034R | Risk Tolerance & Asset Allocation

034R | What’s Your Risk Tolerance | The Friday Roundup

In today's podcast we discuss our thoughts on Part 2 of the Stock Series conversation with JL Collins, risk tolerance, doomsday scenarios, and re-balancing.

In Today’s Podcast we cover:

  • The Friday Roundup and the episode Part 2 of our discussion with JL Collins from The Simple Path to Wealth and JLCollinsNH
  • What do you do when there’s a large crash in the stock market? Big takeaway from Jim’s episode
  • You can’t sell at the bottom, so you need to steel yourself mentally beforehand
  • If you’re starting investing, one of the best thing that can happen to you is a market crash
  • You can’t time the market
  • There are doomsday scenarios, but since they are so rare it is silly to plan for the absolute worst case and ignore the other 99.9% likelihood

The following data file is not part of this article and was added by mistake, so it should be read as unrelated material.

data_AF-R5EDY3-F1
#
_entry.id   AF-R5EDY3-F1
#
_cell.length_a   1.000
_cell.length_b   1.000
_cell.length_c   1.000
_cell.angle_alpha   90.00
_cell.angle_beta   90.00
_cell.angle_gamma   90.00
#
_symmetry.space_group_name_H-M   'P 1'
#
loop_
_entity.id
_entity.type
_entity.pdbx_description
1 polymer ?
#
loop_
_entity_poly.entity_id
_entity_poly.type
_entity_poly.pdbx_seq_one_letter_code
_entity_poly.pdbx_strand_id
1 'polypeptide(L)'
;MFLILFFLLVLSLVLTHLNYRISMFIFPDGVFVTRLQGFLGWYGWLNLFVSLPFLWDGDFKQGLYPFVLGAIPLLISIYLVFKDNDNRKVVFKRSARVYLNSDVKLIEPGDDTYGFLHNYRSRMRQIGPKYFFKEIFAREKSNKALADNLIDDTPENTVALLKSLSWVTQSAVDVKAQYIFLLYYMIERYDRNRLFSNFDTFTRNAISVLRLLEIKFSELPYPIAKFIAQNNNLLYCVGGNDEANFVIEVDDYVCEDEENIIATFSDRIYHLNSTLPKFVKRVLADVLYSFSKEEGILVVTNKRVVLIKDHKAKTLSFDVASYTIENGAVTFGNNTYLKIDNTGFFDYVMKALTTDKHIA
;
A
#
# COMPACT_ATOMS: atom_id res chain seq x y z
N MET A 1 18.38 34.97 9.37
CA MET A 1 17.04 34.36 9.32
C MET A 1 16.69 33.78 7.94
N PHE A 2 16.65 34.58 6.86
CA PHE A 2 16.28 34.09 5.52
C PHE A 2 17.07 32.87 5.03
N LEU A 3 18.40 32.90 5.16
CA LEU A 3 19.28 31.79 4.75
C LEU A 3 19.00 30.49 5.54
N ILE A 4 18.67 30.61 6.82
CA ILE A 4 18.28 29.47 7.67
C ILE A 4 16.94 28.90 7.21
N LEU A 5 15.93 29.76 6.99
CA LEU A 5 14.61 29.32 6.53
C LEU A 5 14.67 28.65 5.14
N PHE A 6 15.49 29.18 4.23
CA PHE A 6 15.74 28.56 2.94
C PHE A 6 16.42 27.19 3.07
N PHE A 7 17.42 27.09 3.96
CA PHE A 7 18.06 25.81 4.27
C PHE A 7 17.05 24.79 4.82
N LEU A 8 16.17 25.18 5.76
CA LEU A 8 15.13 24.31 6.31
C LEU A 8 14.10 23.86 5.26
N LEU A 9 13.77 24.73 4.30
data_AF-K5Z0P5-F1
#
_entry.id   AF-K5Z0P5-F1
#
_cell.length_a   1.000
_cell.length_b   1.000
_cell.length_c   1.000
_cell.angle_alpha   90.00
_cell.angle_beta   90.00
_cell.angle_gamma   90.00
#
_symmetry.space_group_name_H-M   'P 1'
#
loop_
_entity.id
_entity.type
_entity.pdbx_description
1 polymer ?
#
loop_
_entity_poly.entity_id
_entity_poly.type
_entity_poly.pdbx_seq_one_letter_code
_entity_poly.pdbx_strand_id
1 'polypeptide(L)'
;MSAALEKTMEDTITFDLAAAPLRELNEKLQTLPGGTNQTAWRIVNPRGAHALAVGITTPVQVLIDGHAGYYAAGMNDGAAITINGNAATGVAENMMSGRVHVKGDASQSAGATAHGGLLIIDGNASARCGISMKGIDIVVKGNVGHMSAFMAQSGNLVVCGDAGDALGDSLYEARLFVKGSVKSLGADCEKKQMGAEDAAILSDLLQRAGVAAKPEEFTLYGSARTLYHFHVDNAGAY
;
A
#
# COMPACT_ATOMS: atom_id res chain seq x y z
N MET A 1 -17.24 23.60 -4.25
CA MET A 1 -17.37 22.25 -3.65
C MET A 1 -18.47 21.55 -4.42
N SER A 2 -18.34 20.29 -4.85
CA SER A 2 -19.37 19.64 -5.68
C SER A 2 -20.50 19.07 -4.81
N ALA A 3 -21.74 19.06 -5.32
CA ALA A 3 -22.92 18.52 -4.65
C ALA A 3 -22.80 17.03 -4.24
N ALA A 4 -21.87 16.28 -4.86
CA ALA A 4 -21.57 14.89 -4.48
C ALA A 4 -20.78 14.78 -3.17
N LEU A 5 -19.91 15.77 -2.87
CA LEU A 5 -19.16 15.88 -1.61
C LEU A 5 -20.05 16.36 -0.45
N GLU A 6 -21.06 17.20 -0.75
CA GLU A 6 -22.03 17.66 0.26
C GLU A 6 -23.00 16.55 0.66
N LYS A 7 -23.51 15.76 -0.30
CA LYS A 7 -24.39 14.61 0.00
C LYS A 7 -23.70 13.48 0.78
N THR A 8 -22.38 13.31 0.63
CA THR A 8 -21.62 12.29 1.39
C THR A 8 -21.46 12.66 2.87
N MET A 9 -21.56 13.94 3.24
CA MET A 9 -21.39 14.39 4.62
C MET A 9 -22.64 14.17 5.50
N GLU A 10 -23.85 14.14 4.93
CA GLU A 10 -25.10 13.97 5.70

• Follow the math when making the best decision with the information at hand
  • Question from Kevin about when to “take all your chips off the table”
  • That event would have to be extraordinary and destructive for our country and economy
  • Spend less than you earn and invest in broad based index funds
  • Feedback from Nancy on asset allocation and comfort with volatility and her belief that you shouldn’t take a lot of risk if you don’t need to
  • Jonathan’s example of re-balancing and a hypothetical $1,000,000 portfolio and a 50% market crash
  • Equities will return significantly higher than bonds over the long term. Bonds do “smooth the ride” but lower long-term returns
  • You want to re-balance in accounts like IRAs, 401ks that won’t trigger a taxable event
  • Brad’s example of his parents investing strategy
  • Over the long term which option is truly riskier? Investing in stocks and facing volatility or lowering your expected return by investing in cash or bonds
  • The 4% rule is based on getting a return while pulling out money each year, so you can’t just stick it in cash and expect the money to last forever
  • The power of the ‘perpetual money making machine’ to last forever
  • ChooseFI was mentioned on Forbes as one of three financial podcasts for people of all ages to listen to